The worldwide support of their comic wouldn’t have been possible if it weren’t for the exposure the Android Market gave “Dan in Space” in its early days. The first printed books arrived just in time for Jacksonville’s First Wednesday Art Walk in July, where the comic was revealed in its print version for the first time.
Weeks later, the couple received word from New York Comic Con telling them they were in. Josh quickly got to work on the second edition of “Dan in Space”; he didn’t want to go to NYCC with only one comic. Josh knew he’d have to make sacrifices to finish the second edition in a mere six weeks. Every waking moment he wasn’t teaching at the Art Institute of Jacksonville or working at Best Buy was devoted to the second edition.
“First it was television, then it was video games, then seeing my wife — and then hygiene started to go,” Josh joked.
The Rudloffs brainstorm ideas for the comics, bouncing thoughts off each other, sometimes while walking their dog in the morning. “We want to be organic and not copy anything else,” Jacqueline said. “In the second one, we wanted to create some bite and [an] underlying mystery.”
Josh drew the illustrations, and Jacqueline was in charge of editing and production. The couple, along with a few friends and a professional letterer, did the work of an entire staff. Working nearly 100 hours a week and sleeping five hours a night, they completed the second edition just in time for NYCC.
The Rudloffs sold about 200 copies of their new comic at NYCC and have sold about 170 copies online. The comic is now also offered on Graphically, Kablam, Comicpress, Kindle, the Apple Bookstore and Amazon.
They’ve sold about 500 print issues of the first edition and about 200 of the second.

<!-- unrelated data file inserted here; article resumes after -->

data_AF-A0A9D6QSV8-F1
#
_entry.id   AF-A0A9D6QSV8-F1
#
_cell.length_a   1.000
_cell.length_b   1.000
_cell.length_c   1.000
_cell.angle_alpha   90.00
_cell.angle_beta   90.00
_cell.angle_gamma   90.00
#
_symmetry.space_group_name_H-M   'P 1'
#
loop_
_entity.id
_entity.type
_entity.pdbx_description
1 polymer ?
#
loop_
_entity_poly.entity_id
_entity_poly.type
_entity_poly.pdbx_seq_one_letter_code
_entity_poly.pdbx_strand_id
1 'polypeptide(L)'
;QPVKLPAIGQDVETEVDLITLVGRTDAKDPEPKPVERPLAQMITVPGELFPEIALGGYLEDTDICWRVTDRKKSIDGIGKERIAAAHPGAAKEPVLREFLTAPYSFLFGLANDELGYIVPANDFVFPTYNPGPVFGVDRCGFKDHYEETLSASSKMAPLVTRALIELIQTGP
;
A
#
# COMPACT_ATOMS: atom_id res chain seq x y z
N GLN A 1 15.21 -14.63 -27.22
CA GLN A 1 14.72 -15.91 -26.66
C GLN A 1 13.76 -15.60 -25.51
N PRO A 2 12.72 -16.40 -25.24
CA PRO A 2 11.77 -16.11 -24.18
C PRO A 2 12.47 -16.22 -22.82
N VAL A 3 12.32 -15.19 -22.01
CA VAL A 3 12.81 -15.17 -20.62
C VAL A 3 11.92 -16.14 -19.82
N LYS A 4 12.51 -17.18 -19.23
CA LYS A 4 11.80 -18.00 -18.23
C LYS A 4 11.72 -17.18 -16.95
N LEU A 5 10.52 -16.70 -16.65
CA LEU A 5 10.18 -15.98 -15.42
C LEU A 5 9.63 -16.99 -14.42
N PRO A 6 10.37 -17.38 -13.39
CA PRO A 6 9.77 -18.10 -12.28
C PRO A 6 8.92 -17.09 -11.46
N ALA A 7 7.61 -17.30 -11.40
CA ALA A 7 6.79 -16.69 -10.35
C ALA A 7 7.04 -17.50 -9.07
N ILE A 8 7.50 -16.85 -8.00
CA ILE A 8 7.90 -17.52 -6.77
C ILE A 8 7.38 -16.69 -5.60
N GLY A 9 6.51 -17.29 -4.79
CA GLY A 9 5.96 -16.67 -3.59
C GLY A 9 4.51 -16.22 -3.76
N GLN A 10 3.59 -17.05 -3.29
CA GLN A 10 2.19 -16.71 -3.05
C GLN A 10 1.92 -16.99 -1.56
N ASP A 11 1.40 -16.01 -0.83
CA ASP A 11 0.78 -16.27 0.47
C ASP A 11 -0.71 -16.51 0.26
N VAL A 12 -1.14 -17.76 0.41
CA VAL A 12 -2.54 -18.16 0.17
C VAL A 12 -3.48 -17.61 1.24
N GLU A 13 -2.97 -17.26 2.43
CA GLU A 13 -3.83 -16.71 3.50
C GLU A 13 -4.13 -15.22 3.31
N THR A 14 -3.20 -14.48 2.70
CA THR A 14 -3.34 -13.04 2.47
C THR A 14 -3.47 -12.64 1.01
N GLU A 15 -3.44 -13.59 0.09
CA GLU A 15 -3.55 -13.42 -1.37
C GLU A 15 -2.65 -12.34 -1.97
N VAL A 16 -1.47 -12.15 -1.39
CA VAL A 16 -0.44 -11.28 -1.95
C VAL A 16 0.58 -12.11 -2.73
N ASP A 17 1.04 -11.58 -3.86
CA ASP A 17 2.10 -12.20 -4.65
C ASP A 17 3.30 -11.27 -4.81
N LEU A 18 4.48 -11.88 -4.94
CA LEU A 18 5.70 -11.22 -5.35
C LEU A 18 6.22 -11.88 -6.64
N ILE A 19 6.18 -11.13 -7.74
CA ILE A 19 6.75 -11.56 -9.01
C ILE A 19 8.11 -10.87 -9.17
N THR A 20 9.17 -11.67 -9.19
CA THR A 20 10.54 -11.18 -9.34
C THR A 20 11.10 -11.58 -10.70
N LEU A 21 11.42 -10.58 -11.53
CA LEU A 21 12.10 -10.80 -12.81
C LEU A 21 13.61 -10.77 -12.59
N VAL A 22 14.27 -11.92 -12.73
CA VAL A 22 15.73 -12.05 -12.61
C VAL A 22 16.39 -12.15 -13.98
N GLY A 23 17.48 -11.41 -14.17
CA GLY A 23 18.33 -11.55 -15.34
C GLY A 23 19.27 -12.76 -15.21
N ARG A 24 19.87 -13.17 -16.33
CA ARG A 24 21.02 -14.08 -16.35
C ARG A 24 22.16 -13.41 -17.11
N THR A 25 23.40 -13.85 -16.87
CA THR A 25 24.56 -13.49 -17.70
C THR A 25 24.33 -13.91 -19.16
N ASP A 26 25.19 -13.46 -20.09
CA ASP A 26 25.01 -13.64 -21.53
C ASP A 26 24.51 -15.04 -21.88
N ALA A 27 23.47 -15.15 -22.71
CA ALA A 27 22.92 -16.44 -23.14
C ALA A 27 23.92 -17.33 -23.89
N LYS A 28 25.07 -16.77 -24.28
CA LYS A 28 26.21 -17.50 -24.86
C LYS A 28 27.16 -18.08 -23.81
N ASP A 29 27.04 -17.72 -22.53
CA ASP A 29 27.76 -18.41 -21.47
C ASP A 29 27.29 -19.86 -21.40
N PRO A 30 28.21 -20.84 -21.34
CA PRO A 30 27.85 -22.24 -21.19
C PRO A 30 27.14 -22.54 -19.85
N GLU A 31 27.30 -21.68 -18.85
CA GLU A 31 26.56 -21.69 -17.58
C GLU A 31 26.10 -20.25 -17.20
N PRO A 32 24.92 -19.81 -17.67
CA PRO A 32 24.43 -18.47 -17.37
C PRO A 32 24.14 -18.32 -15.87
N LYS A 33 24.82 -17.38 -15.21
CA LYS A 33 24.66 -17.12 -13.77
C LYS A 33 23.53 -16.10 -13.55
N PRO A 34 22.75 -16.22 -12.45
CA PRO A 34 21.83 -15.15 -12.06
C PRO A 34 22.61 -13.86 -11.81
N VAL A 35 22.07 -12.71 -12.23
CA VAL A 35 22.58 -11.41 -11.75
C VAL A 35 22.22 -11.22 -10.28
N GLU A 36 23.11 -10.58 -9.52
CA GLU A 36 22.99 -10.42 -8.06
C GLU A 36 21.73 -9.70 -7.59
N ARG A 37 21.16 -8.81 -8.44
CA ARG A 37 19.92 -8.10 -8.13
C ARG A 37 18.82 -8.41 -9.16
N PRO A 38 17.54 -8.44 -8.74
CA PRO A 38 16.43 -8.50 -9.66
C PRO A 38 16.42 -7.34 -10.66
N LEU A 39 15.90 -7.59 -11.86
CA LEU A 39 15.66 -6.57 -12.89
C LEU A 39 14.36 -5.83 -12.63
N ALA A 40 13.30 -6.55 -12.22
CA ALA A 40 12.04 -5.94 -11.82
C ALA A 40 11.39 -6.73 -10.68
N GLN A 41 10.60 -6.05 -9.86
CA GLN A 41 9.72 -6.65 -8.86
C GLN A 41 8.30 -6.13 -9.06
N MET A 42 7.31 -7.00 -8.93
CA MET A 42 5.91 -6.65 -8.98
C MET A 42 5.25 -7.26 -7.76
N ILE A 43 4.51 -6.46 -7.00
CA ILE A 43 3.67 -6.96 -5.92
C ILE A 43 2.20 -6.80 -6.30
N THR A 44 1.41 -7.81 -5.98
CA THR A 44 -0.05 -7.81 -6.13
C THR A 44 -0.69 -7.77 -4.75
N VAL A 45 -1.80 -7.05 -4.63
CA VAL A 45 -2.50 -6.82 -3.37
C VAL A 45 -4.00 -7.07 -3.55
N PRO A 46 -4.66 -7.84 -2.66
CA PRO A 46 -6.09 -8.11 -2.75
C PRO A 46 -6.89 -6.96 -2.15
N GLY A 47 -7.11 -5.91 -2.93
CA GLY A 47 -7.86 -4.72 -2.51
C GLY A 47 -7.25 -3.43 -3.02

Creating a popular comic is no easy task, but there is a growing demand for them. The estimated overall market size for comic books has more than doubled since 2000, from an estimated 265 million to 680 million in 2011, according to the comic research website comichron.com.
“Dan in Space” is available locally at Borderlands Comics & Games in Arlington, Black Hive Comics (formerly Universe of Superheroes) in Riverside, Alter-Ego Comics in Orange Park and Spring Park Coffee in Green Cove Springs. The issues also can be downloaded from the Rudloffs’ website, squirrelmasterstudios.com.
“The Internet has definitely helped artists get their work out there,” said Chip Parker of Borderlands. “There’s a lot of webcomics, and those get the readership base developed. Subsequently, when artists come out with printed comics, there’s already a base audience that will purchase them. Prior to the advent of webcomics, it was much tougher to get your work to the masses because the printing industry wasn’t set up to do small production runs of comics.”
Jonathan Sanders, of Black Hive Comics, said gaining readers is a challenge for comic creators. “I think there is a bit of added competition with the Internet,” Sanders said. “People can go online, check out reviews of comics and look at previews before [they] buy them.”
In the future, the Rudloffs would like to pitch “Dan in Space” as a movie or a television show. They’d also like to start their own media studio. For now, they’re doing everything they can to make it.
“This is the big dream,” Jacqueline said. “This is what it’s all about.”